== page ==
By Shahriar Kia
An Iranian-backed terrorist network, dedicated to attacking American and European forces has been uncovered in the Central Africa region by Chad and the Central African Republic.
Ismael Djida, the head of the central African terrorist cell, said: “We want to create an army to fight against Westerners in Africa.”
Many of the network’s members had belonged to terrorist group Seleka before being recruited and trained by a division of Iran’s Quds Force known as Special Unit for External Operation.
Seleka designated a terrorist organization, emerged in 2012 at the start of the ongoing Central African Republic civil war, removed President François Bozizé, installed Michel Djotodia.
The Iranian regime has reportedly spent hundreds of thousands of dollars to fund the network and paid $150,000 to recruit Seleka insurgents and is targeting Chad, the Central African Republic, Eritrea, Gambia, Niger, South Sudan and Sudan.
This is far from the first time that Iran has involved itself in Central Africa. In 1993, hundreds of Iranian troops worked in Sudan and just two years later the country was filled with thousands of Iranian-trained terrorist trainers.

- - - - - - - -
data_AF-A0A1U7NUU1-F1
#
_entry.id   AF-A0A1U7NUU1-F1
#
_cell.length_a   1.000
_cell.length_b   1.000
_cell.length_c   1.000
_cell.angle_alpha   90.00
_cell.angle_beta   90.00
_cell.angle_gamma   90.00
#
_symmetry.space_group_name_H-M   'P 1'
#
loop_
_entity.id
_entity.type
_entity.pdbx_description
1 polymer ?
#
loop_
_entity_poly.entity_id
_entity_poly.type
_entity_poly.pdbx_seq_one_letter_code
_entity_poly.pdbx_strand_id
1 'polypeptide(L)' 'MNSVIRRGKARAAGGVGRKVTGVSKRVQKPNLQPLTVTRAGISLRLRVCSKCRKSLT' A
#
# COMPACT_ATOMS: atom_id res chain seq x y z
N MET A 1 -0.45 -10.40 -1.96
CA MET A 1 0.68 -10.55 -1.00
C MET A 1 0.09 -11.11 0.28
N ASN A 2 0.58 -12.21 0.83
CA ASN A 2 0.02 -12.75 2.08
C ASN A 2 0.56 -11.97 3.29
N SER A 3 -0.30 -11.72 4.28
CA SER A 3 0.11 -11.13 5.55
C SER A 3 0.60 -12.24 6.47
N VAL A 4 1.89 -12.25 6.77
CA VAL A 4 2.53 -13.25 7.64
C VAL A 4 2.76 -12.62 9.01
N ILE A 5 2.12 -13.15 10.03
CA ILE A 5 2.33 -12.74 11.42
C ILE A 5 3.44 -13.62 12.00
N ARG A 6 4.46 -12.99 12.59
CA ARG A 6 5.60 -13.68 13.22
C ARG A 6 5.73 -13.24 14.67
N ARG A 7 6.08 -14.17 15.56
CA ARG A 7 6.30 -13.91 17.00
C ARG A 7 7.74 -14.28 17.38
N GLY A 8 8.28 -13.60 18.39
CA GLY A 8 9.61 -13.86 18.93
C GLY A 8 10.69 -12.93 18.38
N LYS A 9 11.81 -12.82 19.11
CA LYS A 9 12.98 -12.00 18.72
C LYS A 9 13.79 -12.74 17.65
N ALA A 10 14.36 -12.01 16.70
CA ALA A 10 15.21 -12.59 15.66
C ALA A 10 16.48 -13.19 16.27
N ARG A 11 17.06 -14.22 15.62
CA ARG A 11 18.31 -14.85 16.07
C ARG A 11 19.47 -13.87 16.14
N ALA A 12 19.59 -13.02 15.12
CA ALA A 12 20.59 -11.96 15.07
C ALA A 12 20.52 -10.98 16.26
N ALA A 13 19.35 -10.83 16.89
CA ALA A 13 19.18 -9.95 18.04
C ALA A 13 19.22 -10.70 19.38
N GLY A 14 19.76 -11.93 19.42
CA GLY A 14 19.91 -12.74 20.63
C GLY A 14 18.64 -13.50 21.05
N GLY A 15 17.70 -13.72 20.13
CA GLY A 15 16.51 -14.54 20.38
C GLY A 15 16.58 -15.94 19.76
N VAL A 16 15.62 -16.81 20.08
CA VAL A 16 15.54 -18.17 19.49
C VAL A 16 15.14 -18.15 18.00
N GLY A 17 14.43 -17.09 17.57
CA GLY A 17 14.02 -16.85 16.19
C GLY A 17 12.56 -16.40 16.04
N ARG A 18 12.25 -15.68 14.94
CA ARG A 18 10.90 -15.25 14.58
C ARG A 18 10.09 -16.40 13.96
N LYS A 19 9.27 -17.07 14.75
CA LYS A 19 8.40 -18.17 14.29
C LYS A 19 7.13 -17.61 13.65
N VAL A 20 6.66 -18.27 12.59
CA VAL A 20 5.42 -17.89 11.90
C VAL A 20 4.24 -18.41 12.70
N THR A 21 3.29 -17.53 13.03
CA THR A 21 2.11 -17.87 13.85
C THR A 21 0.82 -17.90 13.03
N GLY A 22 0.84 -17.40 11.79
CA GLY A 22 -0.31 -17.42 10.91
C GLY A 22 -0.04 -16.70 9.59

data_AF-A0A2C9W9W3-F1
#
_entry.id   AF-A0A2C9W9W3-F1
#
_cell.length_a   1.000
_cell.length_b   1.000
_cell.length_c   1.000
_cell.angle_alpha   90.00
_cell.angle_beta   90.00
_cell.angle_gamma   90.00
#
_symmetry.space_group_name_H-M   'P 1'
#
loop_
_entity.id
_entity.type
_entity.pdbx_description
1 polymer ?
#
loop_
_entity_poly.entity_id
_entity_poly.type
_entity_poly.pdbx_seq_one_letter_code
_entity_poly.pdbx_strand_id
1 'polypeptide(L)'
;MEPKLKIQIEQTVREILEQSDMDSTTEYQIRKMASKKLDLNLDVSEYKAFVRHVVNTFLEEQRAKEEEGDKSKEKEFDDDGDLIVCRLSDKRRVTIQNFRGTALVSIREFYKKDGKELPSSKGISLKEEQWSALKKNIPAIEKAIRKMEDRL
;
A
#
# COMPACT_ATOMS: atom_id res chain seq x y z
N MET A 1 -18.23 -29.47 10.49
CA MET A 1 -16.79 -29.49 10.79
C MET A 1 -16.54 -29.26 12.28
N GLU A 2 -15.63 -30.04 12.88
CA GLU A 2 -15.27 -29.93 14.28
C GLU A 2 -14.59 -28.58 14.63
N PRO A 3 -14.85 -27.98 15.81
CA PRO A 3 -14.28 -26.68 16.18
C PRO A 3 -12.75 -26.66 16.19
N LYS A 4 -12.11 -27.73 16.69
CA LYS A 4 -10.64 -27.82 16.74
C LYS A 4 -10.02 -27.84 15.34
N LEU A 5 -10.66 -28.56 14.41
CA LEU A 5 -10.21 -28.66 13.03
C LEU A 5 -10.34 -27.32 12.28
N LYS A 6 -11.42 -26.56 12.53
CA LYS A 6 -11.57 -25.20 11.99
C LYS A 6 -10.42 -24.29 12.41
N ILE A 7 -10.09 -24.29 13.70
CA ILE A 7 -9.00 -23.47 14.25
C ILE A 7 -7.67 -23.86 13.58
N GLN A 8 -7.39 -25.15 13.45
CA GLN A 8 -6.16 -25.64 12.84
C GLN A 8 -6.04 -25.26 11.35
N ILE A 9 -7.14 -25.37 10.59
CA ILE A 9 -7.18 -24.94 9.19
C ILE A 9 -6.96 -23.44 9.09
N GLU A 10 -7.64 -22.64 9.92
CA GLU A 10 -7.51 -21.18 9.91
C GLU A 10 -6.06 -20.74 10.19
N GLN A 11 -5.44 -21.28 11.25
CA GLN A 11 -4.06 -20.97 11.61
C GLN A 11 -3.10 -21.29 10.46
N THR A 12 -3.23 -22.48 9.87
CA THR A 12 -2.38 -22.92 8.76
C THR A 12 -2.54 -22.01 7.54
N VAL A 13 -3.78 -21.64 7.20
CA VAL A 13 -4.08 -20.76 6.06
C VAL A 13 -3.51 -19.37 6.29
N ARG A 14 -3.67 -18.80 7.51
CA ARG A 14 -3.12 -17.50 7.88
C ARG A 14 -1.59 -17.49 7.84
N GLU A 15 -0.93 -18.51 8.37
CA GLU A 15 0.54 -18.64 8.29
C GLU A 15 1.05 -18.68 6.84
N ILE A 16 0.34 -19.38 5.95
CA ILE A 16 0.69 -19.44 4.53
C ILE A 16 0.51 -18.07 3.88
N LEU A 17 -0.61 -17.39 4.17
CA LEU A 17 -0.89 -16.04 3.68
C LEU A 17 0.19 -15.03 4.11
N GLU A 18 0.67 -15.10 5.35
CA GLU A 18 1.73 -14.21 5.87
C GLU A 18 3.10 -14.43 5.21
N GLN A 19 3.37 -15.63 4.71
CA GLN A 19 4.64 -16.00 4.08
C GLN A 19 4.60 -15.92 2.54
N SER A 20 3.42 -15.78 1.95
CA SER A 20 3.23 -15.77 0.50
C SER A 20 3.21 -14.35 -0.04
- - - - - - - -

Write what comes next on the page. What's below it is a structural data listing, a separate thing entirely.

In fact, a 1998 indictment of Osama bin Laden stated that he had worked with the Iranian regime, Iran-backed Hezbollah, and the National Islamic Front (the then-ruling party in Sudan) towards the destruction of their Western enemies, in particular, the US.
Michael Ledeen wrote in The Iranian Time Bomb: “The alliance between Sudan and the Iranian regime made perfectly good sense for the two Islamic fascist regimes, for they had a common overriding objective: to drive the United States out.”
He said that there is “considerable documentation” proving the alliance between Iran, Hezbollah, al Qaeda, and Sudan.
Yet more evidence is that in 2011 then-Iran regime’s President Mahmoud Ahmadinejad visited Sudan and embraced former Sudanese President Omar al-Bashir, who had been recently toppled in the Arab Spring. Iran was not about to let go of a country that it had spent three decades influencing.
The discovery of the terror cell shows that the Iranian regime is still active in the region.
Earlier this year, United States Africa Command Gen. Thomas Waldhauser announced that the US would be withdrawing its troops from West Africa. This leaves a power vacuum in the area that Iran takes full advantage of, leaving the region at risk from Iranian terrorists. But Europe should also be helping to remove terrorists.
Trumpet contributor Anthony Chibarirwe wrote: “The Sahel region desperately needs counterterrorism support, and Europe is well positioned—and motivated—to intervene. While the United States has generally been the leader in the global war on terror, Europe has played a major role in the African war on terror.”